Gooseberry, looking rather startled at recent developments...
...and being separated from her fleece.
Wabbit says, "He calls himself a professional, but look at this dorky hair!"
Peaches has faded to a wonderful shiny silver.
Copper has faded in an interesting mottled fashion.
The difference in fleece types is pretty wide here. We have the finer wools, like Sunny. Under her coat her fleece naturally separates into blocky, upright sections of wool. There doesn't seem to be much rhyme or reason as to how the wool separates. Some blocks are big, some are little. But if you look closely you'll see that the bigger sections have creases where they could easily separate into smaller blocks. The smaller pieces - maybe the thickness of your finger - would be considered a lock. Imagine how chaff and crap would creep down in between the locks and make the wool trashy without the benefit of a coat.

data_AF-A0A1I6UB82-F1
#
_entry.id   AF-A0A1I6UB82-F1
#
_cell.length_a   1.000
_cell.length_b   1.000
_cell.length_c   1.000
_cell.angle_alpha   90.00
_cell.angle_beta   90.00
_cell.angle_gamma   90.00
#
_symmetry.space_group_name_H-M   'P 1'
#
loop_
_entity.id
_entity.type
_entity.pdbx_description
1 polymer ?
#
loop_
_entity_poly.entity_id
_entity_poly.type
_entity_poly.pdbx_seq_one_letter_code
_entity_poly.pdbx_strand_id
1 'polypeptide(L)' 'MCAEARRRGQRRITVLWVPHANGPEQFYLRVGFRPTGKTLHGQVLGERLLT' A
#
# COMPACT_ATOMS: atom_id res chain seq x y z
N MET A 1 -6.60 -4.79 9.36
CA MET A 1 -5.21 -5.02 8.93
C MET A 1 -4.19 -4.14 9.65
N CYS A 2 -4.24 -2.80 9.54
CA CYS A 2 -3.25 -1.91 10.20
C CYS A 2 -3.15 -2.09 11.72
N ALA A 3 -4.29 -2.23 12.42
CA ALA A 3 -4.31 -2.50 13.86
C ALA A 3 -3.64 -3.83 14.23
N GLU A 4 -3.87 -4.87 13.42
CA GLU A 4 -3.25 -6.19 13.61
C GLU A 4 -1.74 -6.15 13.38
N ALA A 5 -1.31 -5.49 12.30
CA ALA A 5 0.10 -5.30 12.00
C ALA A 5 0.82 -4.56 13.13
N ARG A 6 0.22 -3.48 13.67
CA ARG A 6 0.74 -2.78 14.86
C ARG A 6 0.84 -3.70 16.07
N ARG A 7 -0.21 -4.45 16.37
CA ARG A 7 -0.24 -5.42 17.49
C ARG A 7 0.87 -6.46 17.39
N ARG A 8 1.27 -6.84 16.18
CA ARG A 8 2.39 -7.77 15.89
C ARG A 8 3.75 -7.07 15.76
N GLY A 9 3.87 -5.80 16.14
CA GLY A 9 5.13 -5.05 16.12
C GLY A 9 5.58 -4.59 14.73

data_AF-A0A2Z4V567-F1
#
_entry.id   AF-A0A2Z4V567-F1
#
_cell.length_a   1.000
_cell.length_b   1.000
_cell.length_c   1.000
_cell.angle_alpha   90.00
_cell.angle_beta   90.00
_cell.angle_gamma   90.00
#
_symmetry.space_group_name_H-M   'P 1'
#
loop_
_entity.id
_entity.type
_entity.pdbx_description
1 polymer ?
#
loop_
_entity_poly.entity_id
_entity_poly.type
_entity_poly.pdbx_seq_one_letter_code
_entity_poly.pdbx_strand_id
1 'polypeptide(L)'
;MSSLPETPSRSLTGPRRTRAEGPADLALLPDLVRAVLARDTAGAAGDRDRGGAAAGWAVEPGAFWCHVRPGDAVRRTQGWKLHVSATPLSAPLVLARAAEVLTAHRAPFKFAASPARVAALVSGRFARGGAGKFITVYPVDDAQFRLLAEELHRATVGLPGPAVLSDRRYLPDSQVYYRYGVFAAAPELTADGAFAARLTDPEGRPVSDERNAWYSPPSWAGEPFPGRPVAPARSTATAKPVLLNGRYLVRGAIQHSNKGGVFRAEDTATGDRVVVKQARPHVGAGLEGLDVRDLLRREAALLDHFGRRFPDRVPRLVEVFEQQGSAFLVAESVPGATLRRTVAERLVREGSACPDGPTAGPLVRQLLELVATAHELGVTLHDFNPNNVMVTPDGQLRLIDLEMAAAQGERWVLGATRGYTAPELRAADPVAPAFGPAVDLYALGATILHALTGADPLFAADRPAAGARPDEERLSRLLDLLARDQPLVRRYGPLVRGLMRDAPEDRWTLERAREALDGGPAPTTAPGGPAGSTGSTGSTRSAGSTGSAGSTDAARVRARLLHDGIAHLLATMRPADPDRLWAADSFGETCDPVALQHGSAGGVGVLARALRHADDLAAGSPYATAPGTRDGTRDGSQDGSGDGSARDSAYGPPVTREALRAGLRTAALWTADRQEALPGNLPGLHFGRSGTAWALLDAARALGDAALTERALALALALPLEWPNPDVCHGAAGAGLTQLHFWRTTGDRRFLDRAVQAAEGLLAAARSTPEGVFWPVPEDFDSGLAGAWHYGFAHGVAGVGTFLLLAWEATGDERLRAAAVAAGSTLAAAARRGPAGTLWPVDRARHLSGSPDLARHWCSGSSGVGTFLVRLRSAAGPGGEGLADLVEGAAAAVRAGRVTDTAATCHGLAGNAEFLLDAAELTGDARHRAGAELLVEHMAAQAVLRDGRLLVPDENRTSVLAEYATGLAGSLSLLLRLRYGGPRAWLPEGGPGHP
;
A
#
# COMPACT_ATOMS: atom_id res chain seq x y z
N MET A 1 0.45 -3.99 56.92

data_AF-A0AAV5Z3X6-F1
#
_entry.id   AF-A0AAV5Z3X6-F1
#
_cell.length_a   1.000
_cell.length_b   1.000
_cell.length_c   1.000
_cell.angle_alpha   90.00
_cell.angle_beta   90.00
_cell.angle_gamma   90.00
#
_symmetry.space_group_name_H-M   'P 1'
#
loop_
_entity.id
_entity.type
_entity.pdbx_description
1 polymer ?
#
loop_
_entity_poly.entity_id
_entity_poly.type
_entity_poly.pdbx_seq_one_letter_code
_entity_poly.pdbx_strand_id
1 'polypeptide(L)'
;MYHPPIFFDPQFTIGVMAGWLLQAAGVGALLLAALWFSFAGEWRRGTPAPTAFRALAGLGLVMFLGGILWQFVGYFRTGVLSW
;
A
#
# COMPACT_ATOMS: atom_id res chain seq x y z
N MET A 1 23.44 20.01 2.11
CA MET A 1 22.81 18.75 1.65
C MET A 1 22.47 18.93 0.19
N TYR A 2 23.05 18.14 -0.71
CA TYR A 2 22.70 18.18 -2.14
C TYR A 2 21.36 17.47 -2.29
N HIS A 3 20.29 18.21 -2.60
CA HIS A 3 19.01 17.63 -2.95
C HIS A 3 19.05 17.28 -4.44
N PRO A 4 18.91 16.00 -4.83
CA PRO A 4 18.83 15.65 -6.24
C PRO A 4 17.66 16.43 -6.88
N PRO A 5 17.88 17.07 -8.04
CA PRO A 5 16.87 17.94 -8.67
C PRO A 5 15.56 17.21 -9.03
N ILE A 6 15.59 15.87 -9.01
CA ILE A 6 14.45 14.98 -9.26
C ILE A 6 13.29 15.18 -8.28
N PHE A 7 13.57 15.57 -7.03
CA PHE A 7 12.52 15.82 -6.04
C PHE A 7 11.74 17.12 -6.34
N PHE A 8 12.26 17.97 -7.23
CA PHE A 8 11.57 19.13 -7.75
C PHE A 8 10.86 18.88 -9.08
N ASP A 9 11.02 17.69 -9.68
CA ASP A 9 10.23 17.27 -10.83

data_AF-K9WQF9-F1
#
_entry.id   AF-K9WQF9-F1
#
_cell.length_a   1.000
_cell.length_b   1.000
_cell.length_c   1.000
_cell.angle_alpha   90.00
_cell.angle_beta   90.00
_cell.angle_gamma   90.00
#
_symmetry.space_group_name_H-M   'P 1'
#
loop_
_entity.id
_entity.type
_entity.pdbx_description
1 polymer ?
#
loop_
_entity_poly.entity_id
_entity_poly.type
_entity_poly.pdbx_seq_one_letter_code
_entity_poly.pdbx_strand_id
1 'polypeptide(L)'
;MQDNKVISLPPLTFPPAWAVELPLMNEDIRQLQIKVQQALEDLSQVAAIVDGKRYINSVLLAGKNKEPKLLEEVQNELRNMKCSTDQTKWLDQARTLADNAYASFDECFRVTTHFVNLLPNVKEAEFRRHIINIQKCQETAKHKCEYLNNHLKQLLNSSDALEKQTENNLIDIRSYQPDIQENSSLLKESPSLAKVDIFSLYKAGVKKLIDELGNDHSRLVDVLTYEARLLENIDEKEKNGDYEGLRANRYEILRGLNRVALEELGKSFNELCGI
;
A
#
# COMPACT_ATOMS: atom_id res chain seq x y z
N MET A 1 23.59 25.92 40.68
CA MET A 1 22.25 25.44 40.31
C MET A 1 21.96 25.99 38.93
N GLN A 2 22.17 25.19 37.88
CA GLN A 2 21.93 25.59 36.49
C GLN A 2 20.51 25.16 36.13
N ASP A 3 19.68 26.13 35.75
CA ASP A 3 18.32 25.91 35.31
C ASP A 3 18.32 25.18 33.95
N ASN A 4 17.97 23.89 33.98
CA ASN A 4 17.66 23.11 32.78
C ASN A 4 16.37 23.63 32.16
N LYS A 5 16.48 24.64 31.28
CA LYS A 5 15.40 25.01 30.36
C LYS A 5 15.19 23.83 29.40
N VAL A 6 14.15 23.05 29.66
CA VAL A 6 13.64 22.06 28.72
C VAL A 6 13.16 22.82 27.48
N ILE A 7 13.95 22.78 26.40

Sunny, coat off.
Sunny, also with some interesting mottling, having that fleece peeled off.
Compare that to Alexandria the Cotswold. Cotswolds have coarse wool. I hate that term which makes it sound like the fiber feels scratchy and nasty but it really just means that each fiber is fatter in diameter than most other breeds. Cotswold wool fibers usually measure 30 to 40 microns in diameter. Fine Merino is about 18 to 20 microns. A red blood cell measures 8 microns. So saying Cotswold is 'coarse' is all relative. Anyway, her wool divides itself into very distinct locks. While a little chaff sticks in it, the lock structure is such that a good shake makes most stuff fly off. (Having good hay feeders helps too!)
Alexandria's locks - an "open" fleece, and naturally curly.
Here's a good list of sheep breeds and their micron counts, and here's a discussion of why you should care.
More naked sheep Thursday! Stay tuned!